Swiping office supplies from work. Jumping the turnstile to get a free ride on the subway. Stealing a car and taking it for a joyride. All of these are clearly unethical behaviors that should evoke a negative emotional response after the event — if the mere promise of feeling guilt or remorse doesn’t stop the individual from doing it in the first place.
That’s the conventional wisdom based on current psychological research. But Wharton professor Maurice E. Schweitzer found quite the opposite in a recent research study. Read more.
Innovation is what drove Naomi Shah to study indoor air quality while a student at Sunset High School in Portland, Ore., work that led her to win the Google Science Fair when she was 16 and become a finalist at the Intel Science Talent Search this spring.The innovation didn’t stop with the accolades. Shah wanted people to start thinking about improving air quality as a way to end respiratory diseases, like asthma, that had ravaged many people in her family. Read more.
The campaign to front a movie based on the cult television show “Veronica Mars” through crowdfunding broke records for the fastest project ever to raise $1 million on Kickstarter. It was the website’s biggest film project so far, and it has the most backers of any project to date.
What it probably didn’t do, Wharton experts say, is throw open the doors of crowdfunding to major motion pictures. But that’s OK: Crowdfunding is successfully helping entrepreneurs raise capital without the need for them to go Hollywood. Read more.
If a tree grows in Brooklyn — or Philadelphia, Chicago or any urban landscape — it does more than just provide shade in the summer and pretty colors in the fall. According to research by Wharton real estate professor Susan M. Wachter, it can bump up the price of a home by 10%. Read more. (Third item)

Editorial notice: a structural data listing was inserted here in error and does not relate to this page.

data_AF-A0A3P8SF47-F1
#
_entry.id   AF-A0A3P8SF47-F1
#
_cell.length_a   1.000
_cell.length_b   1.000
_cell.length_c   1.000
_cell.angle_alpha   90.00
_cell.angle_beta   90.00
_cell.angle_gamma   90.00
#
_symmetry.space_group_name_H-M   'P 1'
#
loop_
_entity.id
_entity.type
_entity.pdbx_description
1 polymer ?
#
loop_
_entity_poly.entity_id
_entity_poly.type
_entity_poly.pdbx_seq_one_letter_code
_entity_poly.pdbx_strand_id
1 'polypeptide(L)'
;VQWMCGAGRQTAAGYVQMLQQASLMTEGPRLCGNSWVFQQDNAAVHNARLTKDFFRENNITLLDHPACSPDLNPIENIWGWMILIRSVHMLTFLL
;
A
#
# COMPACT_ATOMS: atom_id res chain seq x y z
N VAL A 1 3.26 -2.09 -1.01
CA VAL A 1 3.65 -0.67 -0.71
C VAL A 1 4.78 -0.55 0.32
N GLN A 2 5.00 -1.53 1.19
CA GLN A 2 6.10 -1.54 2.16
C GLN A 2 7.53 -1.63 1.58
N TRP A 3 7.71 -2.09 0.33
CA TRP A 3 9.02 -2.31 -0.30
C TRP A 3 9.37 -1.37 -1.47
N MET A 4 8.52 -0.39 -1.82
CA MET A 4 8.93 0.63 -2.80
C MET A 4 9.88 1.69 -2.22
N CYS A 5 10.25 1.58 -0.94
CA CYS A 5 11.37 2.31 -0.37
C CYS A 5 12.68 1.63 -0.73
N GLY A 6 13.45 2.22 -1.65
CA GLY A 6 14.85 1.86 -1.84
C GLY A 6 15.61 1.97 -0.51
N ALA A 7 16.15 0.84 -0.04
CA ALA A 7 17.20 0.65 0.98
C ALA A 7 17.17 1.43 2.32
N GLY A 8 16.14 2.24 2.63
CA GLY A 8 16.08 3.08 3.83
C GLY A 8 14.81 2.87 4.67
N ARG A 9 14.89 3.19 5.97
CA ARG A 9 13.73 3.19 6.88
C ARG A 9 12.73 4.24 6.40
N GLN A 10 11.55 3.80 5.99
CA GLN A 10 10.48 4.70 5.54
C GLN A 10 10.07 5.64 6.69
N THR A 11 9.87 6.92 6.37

It happened to Groupon CEO Andrew Mason. It happened to Scott Thompson, once the CEO of Yahoo!, and Scott Forstall, the guru behind Apple’s operating system for iPhones and iPads. And someday, getting fired may happen to you. Read more.
Keeping track of cell phone calling minutes, texts and data may seem like a lot of work, but it’s a good way to learn how to keep a budget, especially if you’re paying part of your bill. And with 75 percent of kids ages 12 to 17 using their own cell phones, according to the Pew Internet & American Life Project, plenty of students should try to ace cell phone economics before heading off to college or the working world. Read more.
Sorry, grad school applicants. According to new Wharton research, not only must prospective students or job seekers compete against a crowded field of equally appealing candidates, but they also must shine when compared to the randomly selected cluster of applicants who have interviews scheduled on the same day. Read more.